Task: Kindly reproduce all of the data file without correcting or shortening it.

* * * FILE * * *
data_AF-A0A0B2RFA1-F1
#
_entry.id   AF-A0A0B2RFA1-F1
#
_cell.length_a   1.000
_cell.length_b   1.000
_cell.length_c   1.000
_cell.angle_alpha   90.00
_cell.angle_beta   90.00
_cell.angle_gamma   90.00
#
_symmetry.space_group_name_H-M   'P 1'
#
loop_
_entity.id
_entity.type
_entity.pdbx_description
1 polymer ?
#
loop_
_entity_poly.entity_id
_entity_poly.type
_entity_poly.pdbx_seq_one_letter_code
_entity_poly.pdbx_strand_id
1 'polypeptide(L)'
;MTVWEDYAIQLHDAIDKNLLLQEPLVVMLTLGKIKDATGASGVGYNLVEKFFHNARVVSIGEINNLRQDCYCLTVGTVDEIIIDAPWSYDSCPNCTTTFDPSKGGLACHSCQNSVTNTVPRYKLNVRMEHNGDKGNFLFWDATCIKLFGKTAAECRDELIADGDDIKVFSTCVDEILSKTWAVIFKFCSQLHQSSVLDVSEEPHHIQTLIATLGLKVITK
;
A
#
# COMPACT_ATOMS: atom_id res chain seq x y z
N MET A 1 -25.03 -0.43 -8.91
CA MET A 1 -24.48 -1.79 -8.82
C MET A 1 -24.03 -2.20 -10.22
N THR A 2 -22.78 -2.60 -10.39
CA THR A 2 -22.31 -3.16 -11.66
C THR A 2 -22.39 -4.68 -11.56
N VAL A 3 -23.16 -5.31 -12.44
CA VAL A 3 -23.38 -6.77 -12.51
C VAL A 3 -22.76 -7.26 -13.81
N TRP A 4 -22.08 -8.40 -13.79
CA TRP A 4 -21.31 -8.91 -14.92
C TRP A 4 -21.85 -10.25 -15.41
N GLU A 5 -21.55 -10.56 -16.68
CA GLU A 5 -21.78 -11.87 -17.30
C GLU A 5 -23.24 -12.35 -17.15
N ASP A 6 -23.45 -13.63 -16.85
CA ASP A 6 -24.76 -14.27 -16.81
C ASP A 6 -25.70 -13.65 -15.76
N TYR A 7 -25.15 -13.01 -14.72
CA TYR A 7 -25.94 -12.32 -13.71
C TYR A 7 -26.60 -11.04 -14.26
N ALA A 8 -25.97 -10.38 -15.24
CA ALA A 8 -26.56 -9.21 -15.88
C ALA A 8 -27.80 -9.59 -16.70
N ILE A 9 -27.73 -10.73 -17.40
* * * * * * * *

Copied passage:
data_AF-A0A0B2RFA1-F1
#
_entry.id   AF-A0A0B2RFA1-F1
#
_cell.length_a   1.000
_cell.length_b   1.000
_cell.length_c   1.000
_cell.angle_alpha   90.00
_cell.angle_beta   90.00
_cell.angle_gamma   90.00
#
_symmetry.space_group_name_H-M   'P 1'
#
loop_
_entity.id
_entity.type
_entity.pdbx_description
1 polymer ?
#
loop_
_entity_poly.entity_id
_entity_poly.type
_entity_poly.pdbx_seq_one_letter_code
_entity_poly.pdbx_strand_id
1 'polypeptide(L)'
;MTVWEDYAIQLHDAIDKNLLLQEPLVVMLTLGKIKDATGASGVGYNLVEKFFHNARVVSIGEINNLRQDCYCLTVGTVDEIIIDAPWSYDSCPNCTTTFDPSKGGLACHSCQNSVTNTVPRYKLNVRMEHNGDKGNFLFWDATCIKLFGKTAAECRDELIADGDDIKVFSTCVDEILSKTWAVIFKFCSQLHQSSVLDVSEEPHHIQTLIATLGLKVITK
;
A
#
# COMPACT_ATOMS: atom_id res chain seq x y z
N MET A 1 -25.03 -0.43 -8.91
CA MET A 1 -24.48 -1.79 -8.82
C MET A 1 -24.03 -2.20 -10.22
N THR A 2 -22.78 -2.60 -10.39
CA THR A 2 -22.31 -3.16 -11.66
C THR A 2 -22.39 -4.68 -11.56
N VAL A 3 -23.16 -5.31 -12.44
CA VAL A 3 -23.38 -6.77 -12.51
C VAL A 3 -22.76 -7.26 -13.81
N TRP A 4 -22.08 -8.40 -13.79
CA TRP A 4 -21.31 -8.91 -14.92
C TRP A 4 -21.85 -10.25 -15.41
N GLU A 5 -21.55 -10.56 -16.68
CA GLU A 5 -21.78 -11.87 -17.30
C GLU A 5 -23.24 -12.35 -17.15
N ASP A 6 -23.45 -13.63 -16.85
CA ASP A 6 -24.76 -14.27 -16.81
C ASP A 6 -25.70 -13.65 -15.76
N TYR A 7 -25.15 -13.01 -14.72
CA TYR A 7 -25.94 -12.32 -13.71
C TYR A 7 -26.60 -11.04 -14.26
N ALA A 8 -25.97 -10.38 -15.24
CA ALA A 8 -26.56 -9.21 -15.88
C ALA A 8 -27.80 -9.59 -16.70
N ILE A 9 -27.73 -10.73 -17.40